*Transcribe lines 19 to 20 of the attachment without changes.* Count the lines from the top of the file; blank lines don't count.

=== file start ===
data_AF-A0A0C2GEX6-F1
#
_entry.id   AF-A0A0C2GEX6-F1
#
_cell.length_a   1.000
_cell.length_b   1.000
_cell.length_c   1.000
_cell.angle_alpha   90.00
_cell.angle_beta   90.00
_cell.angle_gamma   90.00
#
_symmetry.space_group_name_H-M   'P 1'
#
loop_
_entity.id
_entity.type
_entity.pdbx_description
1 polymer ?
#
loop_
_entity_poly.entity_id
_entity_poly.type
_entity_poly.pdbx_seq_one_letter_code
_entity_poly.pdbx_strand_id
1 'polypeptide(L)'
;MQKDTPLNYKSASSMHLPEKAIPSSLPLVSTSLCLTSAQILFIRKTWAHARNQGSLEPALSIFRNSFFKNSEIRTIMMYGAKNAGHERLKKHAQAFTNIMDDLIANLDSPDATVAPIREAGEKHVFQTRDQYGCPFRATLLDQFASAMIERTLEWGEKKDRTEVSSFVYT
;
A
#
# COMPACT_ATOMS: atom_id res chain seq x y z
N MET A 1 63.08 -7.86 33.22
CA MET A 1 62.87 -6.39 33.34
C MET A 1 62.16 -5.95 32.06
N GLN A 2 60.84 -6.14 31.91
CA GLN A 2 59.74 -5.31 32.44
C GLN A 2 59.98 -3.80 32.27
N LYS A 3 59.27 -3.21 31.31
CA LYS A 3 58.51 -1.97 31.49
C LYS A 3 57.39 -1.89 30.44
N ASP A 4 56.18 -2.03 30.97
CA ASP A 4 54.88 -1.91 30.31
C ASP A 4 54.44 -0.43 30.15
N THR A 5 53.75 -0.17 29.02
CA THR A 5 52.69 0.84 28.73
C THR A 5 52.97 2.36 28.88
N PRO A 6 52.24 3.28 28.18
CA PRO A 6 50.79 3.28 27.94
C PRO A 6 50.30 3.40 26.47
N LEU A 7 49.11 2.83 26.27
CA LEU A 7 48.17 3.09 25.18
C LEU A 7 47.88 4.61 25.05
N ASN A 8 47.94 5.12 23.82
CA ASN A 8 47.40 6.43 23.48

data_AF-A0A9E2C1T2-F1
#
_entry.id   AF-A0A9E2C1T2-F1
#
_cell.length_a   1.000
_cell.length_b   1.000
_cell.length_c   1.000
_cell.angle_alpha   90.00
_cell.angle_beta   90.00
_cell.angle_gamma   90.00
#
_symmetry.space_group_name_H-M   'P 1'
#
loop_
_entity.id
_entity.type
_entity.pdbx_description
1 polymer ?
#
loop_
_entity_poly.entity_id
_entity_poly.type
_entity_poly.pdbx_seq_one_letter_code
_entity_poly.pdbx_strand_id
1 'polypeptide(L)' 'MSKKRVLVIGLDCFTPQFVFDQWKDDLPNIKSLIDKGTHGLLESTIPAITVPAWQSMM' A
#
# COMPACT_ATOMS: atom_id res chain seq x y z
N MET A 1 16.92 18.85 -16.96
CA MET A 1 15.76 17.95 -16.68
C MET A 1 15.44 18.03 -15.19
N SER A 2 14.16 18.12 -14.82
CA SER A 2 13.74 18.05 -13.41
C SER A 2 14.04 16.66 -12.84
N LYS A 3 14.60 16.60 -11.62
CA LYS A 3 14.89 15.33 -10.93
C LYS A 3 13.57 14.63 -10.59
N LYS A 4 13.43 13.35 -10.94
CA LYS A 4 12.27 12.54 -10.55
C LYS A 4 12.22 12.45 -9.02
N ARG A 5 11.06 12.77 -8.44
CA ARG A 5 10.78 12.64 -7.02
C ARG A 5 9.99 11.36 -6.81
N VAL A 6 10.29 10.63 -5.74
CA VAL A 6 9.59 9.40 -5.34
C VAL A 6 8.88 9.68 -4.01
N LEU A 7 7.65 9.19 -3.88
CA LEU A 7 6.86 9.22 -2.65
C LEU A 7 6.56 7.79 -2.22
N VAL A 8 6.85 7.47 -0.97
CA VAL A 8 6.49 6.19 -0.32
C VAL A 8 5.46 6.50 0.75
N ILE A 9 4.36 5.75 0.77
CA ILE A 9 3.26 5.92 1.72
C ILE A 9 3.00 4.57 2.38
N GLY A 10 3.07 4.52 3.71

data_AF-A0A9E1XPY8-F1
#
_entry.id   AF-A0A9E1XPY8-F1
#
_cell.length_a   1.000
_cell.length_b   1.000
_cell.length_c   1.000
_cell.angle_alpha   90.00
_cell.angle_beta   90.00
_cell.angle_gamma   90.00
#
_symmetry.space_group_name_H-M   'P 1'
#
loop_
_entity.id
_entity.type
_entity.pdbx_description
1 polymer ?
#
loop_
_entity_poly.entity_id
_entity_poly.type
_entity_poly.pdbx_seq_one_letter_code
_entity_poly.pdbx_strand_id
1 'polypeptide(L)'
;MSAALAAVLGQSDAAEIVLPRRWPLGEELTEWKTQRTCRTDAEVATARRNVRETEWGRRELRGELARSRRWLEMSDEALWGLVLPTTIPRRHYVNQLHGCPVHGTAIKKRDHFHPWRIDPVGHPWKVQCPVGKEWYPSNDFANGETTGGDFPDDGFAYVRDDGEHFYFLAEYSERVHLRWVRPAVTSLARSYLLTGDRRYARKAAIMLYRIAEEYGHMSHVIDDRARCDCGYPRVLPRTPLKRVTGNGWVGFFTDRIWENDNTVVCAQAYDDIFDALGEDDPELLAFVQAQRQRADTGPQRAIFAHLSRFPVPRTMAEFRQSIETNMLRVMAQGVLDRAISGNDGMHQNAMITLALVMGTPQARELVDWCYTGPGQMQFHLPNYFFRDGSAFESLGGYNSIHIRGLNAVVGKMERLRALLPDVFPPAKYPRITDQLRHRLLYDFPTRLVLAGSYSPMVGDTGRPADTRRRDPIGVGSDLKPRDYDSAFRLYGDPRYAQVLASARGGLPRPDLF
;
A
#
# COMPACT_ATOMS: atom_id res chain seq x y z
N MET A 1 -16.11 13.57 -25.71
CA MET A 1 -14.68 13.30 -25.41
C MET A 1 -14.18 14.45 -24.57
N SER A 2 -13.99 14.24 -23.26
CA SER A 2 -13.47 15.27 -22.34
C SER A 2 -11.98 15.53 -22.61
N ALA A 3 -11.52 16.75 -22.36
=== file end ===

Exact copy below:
#
loop_